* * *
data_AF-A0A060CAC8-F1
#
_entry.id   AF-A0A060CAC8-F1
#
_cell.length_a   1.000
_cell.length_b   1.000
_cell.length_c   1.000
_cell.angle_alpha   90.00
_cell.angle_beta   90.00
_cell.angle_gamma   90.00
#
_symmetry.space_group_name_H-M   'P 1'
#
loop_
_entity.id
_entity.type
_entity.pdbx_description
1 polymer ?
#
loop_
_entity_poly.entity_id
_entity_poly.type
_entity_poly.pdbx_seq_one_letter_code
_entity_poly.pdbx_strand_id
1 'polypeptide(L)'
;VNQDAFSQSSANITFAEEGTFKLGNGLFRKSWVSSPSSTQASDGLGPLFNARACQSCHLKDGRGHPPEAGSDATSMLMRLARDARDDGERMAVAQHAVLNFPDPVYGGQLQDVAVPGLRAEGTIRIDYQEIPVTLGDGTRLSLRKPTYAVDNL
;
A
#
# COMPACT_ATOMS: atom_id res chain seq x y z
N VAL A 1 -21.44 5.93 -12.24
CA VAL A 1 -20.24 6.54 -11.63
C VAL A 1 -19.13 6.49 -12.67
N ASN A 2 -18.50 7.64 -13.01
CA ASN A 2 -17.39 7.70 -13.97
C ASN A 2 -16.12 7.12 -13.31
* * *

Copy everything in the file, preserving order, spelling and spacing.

data_AF-A0A060CAC8-F1
#
_entry.id   AF-A0A060CAC8-F1
#
_cell.length_a   1.000
_cell.length_b   1.000
_cell.length_c   1.000
_cell.angle_alpha   90.00
_cell.angle_beta   90.00
_cell.angle_gamma   90.00
#
_symmetry.space_group_name_H-M   'P 1'
#
loop_
_entity.id
_entity.type
_entity.pdbx_description
1 polymer ?
#
loop_
_entity_poly.entity_id
_entity_poly.type
_entity_poly.pdbx_seq_one_letter_code
_entity_poly.pdbx_strand_id
1 'polypeptide(L)'
;VNQDAFSQSSANITFAEEGTFKLGNGLFRKSWVSSPSSTQASDGLGPLFNARACQSCHLKDGRGHPPEAGSDATSMLMRLARDARDDGERMAVAQHAVLNFPDPVYGGQLQDVAVPGLRAEGTIRIDYQEIPVTLGDGTRLSLRKPTYAVDNL
;
A
#
# COMPACT_ATOMS: atom_id res chain seq x y z
N VAL A 1 -21.44 5.93 -12.24
CA VAL A 1 -20.24 6.54 -11.63
C VAL A 1 -19.13 6.49 -12.67
N ASN A 2 -18.50 7.64 -13.01
CA ASN A 2 -17.39 7.70 -13.97
C ASN A 2 -16.12 7.12 -13.31